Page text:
Tuesday, July 28, 2015

Settle down you FOMO suffering ADD chipmunk...or how I ended up inTrakai

Before landing in Vilnius, I was going highlighter happy on the discount Lithuania book I had managed to find in a second hand book store. After seeing every single thing in the capital city, I was going to visit a hill with roughly a bajillion crosses on it in the north. I was going to hit up a communist theme park in the south. I was going to take a selfie in the geographic center of Europe. Since all this running around might be a bit tiring, a spa town was definitely in order.

Trying to figure out how to do all this in only three days was proving a bit challenging but I was undaunted.  I would ask the locals, who were sure to know a shortcut or two.  To this end, I presented Lina, the owner of Vilnius' coolest hostel, with my wish list.  She briefly got the "Oh no, not one of these.." looks that I am pretty familiar with but gamely continued.  "You will go to Trakai" she said. Sure, if it's worth a visit, I'll add it to my list.  "No, you will only go to Trakai. You do not have enough time for all these other places."  But, the crosses...  "You would have to spend your entire holiday on buses. You will go to Trakai." The commie park?  "Trakai!"
So, I was on the forty minute train ride to Trakai, adding yet more highlighting to my dog eared book and reading up on the history of my only Lithuanian day trip destination.  Dating back to the 14th century,  this idyllic town was founded by a Lithuanian Grand Duke.  His castle, located squarely inside of a lake, is the only of its kind in Eastern Europe.  Early on, the area became home to a Jewish ethnic minority called the Karaite, who are known for their wooden homes and for a meat pastry called the kibinai.

On the walk towards the castle, the homes were soon apparent.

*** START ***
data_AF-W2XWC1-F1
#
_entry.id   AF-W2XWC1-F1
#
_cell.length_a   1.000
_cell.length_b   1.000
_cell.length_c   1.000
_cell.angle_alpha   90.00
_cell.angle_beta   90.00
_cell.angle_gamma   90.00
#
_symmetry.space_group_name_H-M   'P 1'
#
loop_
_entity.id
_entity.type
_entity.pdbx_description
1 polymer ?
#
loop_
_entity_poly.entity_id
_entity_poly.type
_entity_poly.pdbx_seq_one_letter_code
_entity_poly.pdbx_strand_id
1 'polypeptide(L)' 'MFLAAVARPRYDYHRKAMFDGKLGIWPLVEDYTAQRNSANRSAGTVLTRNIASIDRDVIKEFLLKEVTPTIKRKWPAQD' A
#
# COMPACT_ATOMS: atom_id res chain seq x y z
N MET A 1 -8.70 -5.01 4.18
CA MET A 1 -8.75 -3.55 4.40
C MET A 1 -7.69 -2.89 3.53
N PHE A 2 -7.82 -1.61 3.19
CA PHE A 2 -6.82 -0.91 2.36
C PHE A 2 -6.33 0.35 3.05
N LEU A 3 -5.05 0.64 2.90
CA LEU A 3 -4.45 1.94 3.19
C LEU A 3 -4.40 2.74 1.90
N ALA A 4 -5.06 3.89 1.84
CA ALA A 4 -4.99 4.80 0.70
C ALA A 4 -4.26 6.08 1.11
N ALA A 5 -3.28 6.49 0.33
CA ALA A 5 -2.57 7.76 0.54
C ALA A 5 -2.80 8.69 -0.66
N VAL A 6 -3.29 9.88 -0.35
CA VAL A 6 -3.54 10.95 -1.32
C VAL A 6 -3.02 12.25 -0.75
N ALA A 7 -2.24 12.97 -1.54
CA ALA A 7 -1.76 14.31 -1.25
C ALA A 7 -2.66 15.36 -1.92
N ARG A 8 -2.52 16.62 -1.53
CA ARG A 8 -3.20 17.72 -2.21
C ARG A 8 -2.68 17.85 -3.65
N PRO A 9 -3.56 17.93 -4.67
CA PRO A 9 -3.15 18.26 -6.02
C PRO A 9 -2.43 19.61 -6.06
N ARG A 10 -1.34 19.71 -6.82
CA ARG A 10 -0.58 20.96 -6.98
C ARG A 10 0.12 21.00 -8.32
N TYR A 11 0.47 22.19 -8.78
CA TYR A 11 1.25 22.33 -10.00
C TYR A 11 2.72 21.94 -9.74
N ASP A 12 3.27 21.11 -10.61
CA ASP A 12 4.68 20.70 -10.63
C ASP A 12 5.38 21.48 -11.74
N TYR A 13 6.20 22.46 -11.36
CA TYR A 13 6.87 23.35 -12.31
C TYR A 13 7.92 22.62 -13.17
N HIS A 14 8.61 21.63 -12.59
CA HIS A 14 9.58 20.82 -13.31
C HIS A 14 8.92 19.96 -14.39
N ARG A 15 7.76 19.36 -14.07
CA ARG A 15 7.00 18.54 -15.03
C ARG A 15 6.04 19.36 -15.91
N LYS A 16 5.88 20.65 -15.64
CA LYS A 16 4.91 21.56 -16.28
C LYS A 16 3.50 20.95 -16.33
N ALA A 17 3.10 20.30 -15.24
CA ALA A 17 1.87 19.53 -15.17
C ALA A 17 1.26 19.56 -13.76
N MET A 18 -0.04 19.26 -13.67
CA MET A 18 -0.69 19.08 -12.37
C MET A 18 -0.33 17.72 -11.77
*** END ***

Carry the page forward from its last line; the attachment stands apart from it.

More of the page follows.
As was the fact that Vilnius must be full of a lot of Linas, because all the tourists from Vilnius had now descended on Trakai.




I had wondered if I would have a chance to try the kibinai.  Surely, there was at least one vegetarian Karaite who had tinkered with the recipe.  After hearing so much about this speciality, I had my fingers crossed.  Before even reaching the castle, I saw a restaurant by the lake with smiling cardboard people holding plates of Cuban empanadas.  If they were this multi-cultural, for sure they would have a veg kibinai.  I went inside and, to my delight, found a spinach and cheese option on the menu.  Now, before I go any further, let me say that I understand that in their assimilation, the Karaite lost their language, their culture and their Turkic homeland. All that remains is the architecture and the cuisine.  So it may seem like a dick move for me to point this out but....the dish that arrived at my table was 100% a Cuban spinach and cheese empanada.  Tell me as many times as you want how this is a recipe that has been handed for generations and is only available in Trakai and I will point out that Yadylasy at La Carreta has served at least a dozen of these in the time it took me to type out this sentence alone.



But fortunately, I had not come solely for the empa....I mean, kibinai.  Trakai is all about their lake castle and I got to explore that sucker from every angle.

I walked around the perimeter, dividing my time between snapping pictures of the castle and checking out the many souvenir stands.




I took a boat trip around the lake, during which I met a lovely Lithuanian couple who now live in the UK but had returned to introduce their new baby to their parents and who were very helpful in translating the narration, which although I think there may have been an English version, was unintelligible.




And of course, I visited the castle itself. There were a couple of displays but none that could compete with he beauty of the location itself.







To finish off the lake castle-themed day, I grabbed a prime seat at one of the several lake adjacent cafes and just chilled while taking in the view.


I guess that this was Lina's underlying goal.  I am certain that logistically, it would have been possible to get to all the sites I wanted to go to but as I often have to remind myself, less is sometimes more.  I could have run myself ragged and instead of enjoying myself, I'd be focused on just getting to the next place.  Or I could just put my highlighter away, sit by a lake, drink a cold beer and- after going a month without Cuban food- order up another empanada.


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